Guilty until proven innocent. This is the principle behind firewall systems, which are designed to monitor and filter network traffic based on predefined policies.
Network security is a hard problem, but the goal of a firewall system is simple: reject all network traffic unless explicitly allowed. This seems a straightforward approach to eliminate anomalous traffic from infiltrating your IT network — while allowing a free flow of legitimate traffic.
This simple concept is a challenge to implement. Enterprise IT networks consist of thousands of devices continuously communicating between each other. How do you create a security policy that encompasses all rules representing all forms of legitimate traffic requests? A variety of firewall systems allow you to filter unwanted traffic requests.
Let’s take a look.
How firewalls work
Firewall systems filter network traffic across several layers of the OSI network model. The most common applications cover:
- The data-link layer
- The network layer
- The transport layer
- The application layer
A high-level language may be used to describe the policy rules for filtering network traffic across these levels. The firewall filter acts as a boundary between two networks, with the assumption that the internal network devices are safe and must be protected from the outside network unless explicitly allowed to transfer.
All information transfer takes place through the firewall and is tested against the firewall policy.
Types of firewall systems
Let’s review how different types of firewall systems help achieve this network security goal:
A simple firewall system that checks:
- The source and destination IP addresses
- UDP and TCP protocols
- Access Control Lists (ACLs)
- Port addresses
All traffic that complies with the predefined rules is allowed to transfer through the device. In the case of Dynamic Packet Filtering, these rules may apply for specific time duration, also known as Stateful inspection firewall. The system only evaluates the protocols and not the message data in the network packets itself. Filtering rules are only applied based on the information available in current packets, which means no contextual knowledge is available.
Circuit level gateways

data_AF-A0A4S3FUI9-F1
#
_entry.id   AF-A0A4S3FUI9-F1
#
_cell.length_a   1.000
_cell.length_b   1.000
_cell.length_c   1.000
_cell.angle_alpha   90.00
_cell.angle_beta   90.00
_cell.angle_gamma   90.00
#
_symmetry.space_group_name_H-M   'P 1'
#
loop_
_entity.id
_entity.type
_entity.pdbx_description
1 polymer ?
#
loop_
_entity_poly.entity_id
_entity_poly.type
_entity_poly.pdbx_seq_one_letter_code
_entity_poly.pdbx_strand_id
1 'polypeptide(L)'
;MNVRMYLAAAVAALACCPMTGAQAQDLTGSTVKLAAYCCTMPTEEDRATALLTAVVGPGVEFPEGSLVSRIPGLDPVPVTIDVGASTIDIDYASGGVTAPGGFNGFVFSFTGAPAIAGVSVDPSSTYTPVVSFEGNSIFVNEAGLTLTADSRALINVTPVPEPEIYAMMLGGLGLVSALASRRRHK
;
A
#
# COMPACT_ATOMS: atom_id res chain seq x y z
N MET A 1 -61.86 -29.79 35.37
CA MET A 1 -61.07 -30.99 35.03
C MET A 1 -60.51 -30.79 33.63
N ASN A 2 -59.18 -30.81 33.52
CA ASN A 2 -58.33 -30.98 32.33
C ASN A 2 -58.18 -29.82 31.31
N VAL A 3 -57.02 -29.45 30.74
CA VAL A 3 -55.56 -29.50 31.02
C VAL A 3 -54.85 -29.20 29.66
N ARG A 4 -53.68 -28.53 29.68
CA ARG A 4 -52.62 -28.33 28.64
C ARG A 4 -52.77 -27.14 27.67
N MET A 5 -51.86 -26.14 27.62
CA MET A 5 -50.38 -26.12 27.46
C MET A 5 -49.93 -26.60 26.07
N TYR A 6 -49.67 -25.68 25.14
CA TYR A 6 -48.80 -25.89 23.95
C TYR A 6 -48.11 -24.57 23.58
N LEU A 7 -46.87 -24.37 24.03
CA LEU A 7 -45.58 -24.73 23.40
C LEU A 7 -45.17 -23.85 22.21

This system works at the Session Layer of the OSI model and determines whether the TCP handshaking between trusted servers and untrusted parties complies with the particular security rules of the session.
It acts as a proxy server between the external source and the internal destination server, creating a new connection with the remote host. For this connection, the gateway also changes the IP address to reflect its own instead of using the destination IP address.
Application Level gateway proxy firewall
This system inspects traffic at the Application layer of the TCP/IP stack. It works as a separate host with its own IP address, which intercepts the traffic request received by the network. The proxy firewall responds with the Synchronize-Acknowledge (SYN-ACK) packet from the message source IP address.
The transmission is divided in two steps: source-to-proxy and proxy-to-destination. At each stage, predefined rules are analyzed for security compliance. Unlike the circuit-level gateway, the Application Gateway does not change the source IP address with its own when acting as a proxy.
Unified Threat Management (UTM) firewall
This system combines multiple firewall functions of stateful inspection devices, antivirus and spyware services, and intrusion prevention devices at the gateway. A central command controls traffic flow rules with a high-level visibility and control, bandwidth management and Quality of Service monitoring.
Next Generation Firewall (NGFW)
The advanced level of firewall mechanism that includes intelligence-based access control systems using:
- Stateful inspection
- Integrated intrusion prevention systems
- Filtering based on geolocation and reputation
- The ability to evolve and improve filtering capabilities
These are further enhanced by Threat-Focused NGFW systems that provide more control, contextual awareness, and intelligent automation, and reduce the complexity associated with enforcing security policies in large scale networks.
Unlike traditional firewall which assumes that one side of the network is trustworthy, distributed firewall systems define a central policy and enforce it at each endpoint, irrespective of the network topology.
It uses a policy language that describes the connection rules for devices and network states, translated into internal format using a compiler. The policy is distributed to all network hosts by a system management tool. Network-level encryption is used to verify the identity of a traffic source. This means that there is no longer a single checkpoint for network security. The network is not limited by the throughput, latency and speed performance of firewall devices.
These systems monitor the traffic streams for anomalous behavior by evaluating signatures in the traffic. If these signatures include contents of a known cyberattack, it is filtered. Like any antivirus system…
- The signature lists must be updated continuously.
- The firewall system may require learning capabilities to improve signature pattern recognition.
An evolution of this technique is the Rules-Based Detection mechanism, which not only evaluates the signatures but also the patterns within those signatures. Advanced AI algorithms may be used to establish deductive reasoning capability of the firewall system.
So, which one of these techniques is the most effective firewall mechanism? While this may be a difficult question, an important property of a fully secure firewall system is that it offers security without compromising flexibility for the network to scale while maintaining compliance with the strict security policies.
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